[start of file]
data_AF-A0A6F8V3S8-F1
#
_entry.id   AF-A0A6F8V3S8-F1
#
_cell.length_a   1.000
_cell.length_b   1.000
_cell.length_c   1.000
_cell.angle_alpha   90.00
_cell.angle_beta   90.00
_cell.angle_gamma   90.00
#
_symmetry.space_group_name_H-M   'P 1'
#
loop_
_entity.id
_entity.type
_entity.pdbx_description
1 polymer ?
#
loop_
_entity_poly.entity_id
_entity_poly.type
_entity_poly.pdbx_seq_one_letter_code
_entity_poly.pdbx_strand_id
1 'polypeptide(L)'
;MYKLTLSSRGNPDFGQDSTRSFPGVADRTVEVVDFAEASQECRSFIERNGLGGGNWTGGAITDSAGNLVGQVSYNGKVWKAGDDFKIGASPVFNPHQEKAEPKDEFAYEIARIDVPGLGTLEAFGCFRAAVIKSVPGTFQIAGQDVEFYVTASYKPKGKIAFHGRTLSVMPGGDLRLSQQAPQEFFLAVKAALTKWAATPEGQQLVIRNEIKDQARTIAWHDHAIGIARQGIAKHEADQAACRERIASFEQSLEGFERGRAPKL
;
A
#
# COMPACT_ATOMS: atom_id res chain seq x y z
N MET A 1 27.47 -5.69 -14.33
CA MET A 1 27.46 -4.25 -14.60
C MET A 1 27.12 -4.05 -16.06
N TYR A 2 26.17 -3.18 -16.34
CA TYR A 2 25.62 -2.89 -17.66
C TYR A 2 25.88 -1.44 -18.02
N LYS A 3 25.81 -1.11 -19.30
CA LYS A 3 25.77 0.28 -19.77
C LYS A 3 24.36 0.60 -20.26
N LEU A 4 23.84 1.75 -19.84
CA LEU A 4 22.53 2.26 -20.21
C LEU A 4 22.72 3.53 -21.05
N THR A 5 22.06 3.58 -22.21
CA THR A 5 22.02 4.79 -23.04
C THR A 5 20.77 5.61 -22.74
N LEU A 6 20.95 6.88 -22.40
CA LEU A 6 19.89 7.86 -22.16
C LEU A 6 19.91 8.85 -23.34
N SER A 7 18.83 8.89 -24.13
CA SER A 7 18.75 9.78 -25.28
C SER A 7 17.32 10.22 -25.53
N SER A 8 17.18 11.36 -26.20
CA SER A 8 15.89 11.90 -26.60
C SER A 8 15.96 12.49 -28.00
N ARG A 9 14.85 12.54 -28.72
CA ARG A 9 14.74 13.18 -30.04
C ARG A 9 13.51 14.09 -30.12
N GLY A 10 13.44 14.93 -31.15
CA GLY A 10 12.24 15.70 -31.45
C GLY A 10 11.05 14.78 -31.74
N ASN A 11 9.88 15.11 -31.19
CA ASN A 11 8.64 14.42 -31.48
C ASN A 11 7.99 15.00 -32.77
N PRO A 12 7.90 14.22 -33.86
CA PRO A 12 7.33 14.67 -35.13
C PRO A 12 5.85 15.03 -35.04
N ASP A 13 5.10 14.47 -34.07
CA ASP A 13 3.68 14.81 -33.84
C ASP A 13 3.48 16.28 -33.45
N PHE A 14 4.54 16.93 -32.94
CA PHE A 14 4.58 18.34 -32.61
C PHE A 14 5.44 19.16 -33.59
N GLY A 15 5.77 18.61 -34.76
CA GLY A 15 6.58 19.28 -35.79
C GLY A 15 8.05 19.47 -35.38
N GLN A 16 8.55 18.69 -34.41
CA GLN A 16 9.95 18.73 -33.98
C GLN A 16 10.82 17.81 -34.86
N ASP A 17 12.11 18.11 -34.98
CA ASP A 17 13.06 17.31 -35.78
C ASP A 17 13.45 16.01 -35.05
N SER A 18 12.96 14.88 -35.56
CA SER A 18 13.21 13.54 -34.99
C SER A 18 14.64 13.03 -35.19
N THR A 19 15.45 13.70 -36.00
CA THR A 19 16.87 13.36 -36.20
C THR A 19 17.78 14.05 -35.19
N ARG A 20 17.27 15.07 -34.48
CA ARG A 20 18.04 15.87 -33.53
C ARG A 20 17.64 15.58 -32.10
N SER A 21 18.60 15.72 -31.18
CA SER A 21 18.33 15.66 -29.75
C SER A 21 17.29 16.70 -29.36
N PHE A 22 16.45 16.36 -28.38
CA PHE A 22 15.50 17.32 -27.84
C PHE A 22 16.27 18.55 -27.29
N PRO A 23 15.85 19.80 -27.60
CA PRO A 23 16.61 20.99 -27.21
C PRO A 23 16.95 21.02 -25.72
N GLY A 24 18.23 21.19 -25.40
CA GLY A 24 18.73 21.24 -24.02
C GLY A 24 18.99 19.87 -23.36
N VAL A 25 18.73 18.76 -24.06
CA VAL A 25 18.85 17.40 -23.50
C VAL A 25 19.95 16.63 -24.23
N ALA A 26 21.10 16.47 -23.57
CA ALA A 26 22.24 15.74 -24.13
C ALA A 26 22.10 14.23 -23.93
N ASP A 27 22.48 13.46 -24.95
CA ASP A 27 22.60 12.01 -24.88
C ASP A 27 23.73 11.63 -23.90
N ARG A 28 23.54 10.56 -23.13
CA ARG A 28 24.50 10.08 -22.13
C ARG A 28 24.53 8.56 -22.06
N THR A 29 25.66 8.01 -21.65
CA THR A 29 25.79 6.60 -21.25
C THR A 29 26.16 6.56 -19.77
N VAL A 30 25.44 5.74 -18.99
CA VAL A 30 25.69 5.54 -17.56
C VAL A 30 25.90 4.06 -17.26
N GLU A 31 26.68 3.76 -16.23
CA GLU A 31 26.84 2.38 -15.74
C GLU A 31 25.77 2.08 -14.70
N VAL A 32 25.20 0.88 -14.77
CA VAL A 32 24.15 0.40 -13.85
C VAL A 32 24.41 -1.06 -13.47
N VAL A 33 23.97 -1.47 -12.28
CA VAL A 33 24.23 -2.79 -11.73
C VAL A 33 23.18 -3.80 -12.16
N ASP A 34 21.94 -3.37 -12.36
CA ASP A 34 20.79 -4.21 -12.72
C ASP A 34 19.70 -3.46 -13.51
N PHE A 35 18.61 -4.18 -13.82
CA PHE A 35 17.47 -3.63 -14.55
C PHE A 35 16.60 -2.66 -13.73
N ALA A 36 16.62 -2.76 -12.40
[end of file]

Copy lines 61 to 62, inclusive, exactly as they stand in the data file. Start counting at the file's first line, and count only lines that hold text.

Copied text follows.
N ASN A 11 9.88 15.11 -31.19
CA ASN A 11 8.64 14.42 -31.48